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1 May 2008 Carpathians Environmental Outlook 2007
Martin F. Price
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Carpathians Environmental Outlook 2007 by the United Nations Environment Programme. Geneva, Switzerland: United Nations Environment Programme, 2007. 232 pp. Free download at; US$ 40. ISBN 978-92-807-2870-5.

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The Carpathians are Europe's longest mountain range, with a length of 1500 km. Definitions of their area vary, as discussed in a recent publication (Ruffini et al 2006). According to the present publication, the greatest proportion of their area is in Romania (43%), followed by Slovakia (22%), Ukraine (14%), Poland (11%), Hungary (6%), Czech Republic (4%), and Serbia (0.5%). All but two of these countries are now members of the European Union (EU). The Carpathians are a highly diverse region in many respects: environmental, economic, political, and historical. This report is the first to attempt to provide an overall synthesis of information and possible futures for this complex region. It derives from a 3-year process based on the integrated environmental assessment (IEA) approach and was coordinated by UNEP offices in Europe, including the Vienna Office, which is also the Interim Secretariat of the Carpathians Framework Convention (CFC), signed in 2003. This convention is identified as the raison d'être for this report, given that the implementation of such instruments and associated policies should be based on the best possible information.

The report is highly illustrated in color, with many maps, tables, both ground- and satellite-based images, and a number of “boxes” in addition to the general text. It was compiled by experts from the region and, following an explanation of its origins and an executive summary, comprises 5 chapters. The first provides a general background and introduction, with sections on main geographical features, human influences, and current environmental impacts and responses. Within the second and third of these sections, the long historical legacy—including that of the communist decades and more recent political changes—is evident.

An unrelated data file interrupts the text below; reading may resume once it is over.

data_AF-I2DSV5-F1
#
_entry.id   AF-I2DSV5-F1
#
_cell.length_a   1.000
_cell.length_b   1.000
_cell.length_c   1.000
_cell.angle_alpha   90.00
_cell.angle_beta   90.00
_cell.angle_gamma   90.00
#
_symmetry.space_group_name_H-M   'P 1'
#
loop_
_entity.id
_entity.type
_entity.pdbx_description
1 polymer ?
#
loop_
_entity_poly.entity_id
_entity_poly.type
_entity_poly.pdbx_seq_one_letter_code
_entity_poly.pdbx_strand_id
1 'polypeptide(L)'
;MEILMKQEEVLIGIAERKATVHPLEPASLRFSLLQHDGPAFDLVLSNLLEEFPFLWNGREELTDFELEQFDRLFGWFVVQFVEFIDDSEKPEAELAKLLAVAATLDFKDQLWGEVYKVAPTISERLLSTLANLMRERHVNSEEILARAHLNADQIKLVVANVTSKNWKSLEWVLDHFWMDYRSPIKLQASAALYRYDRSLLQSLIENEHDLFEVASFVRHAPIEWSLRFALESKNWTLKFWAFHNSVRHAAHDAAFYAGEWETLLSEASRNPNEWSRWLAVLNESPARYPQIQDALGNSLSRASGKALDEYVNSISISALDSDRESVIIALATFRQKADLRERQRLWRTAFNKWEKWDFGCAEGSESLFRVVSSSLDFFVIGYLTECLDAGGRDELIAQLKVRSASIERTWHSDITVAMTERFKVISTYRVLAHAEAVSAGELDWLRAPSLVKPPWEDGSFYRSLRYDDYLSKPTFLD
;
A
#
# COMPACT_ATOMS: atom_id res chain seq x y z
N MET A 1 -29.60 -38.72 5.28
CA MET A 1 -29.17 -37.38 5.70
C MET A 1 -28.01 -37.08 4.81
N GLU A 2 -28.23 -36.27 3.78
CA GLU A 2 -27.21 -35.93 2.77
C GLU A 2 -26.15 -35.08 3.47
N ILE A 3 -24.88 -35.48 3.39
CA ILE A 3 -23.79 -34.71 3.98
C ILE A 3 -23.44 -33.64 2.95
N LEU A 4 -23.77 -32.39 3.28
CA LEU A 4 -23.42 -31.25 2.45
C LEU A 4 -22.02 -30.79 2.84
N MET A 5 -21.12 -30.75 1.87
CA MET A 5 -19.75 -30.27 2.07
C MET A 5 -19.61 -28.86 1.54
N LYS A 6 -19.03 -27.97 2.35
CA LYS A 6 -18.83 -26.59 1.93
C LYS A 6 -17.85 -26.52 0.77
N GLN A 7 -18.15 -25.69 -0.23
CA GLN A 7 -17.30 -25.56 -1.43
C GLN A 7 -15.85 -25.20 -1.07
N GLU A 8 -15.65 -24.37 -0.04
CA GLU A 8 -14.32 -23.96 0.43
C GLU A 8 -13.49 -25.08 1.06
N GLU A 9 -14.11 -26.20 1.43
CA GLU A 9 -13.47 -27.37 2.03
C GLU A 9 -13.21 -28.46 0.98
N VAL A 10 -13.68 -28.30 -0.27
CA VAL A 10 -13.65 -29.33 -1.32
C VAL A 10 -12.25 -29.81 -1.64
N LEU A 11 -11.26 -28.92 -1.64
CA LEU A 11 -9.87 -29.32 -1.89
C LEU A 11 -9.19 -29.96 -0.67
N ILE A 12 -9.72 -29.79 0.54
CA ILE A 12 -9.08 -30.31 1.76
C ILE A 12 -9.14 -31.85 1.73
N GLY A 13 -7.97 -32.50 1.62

Chapter 2 considers socioeconomic driving forces, beginning with a macroeconomic and structural policy overview and continuing with sections on both economic and societal driving forces and pressures. In this section it becomes evident that, while it is possible to evaluate trends for the Carpathian countries as a whole, there are relatively few data specifically for the mountain areas of these countries. Thus, almost all graphs and tables in both this and the following chapter portray the diversity of national situations, but not the diversity within the mountains, which is likely to be even greater than the former. Some maps give more detail for regional units within the Carpathian mountain area; but even these are at an inadequate level of disaggregation to provide a possibility to portray the situation on the ground. Thus, while general statements are made about the situation in the mountains, these cannot be substantiated. This problem is not unique to the Carpathians; for instance, similar problems were experienced when compiling data for a 2004 report for the European Commission (Nordregio 2004): only for few variables were data consistently available at the municipality level. These variables did, however, include demographic data—including for the Carpathian countries that are now EU members. However, these data are not included or analyzed in the present report: data on population trends are presented at the national level only.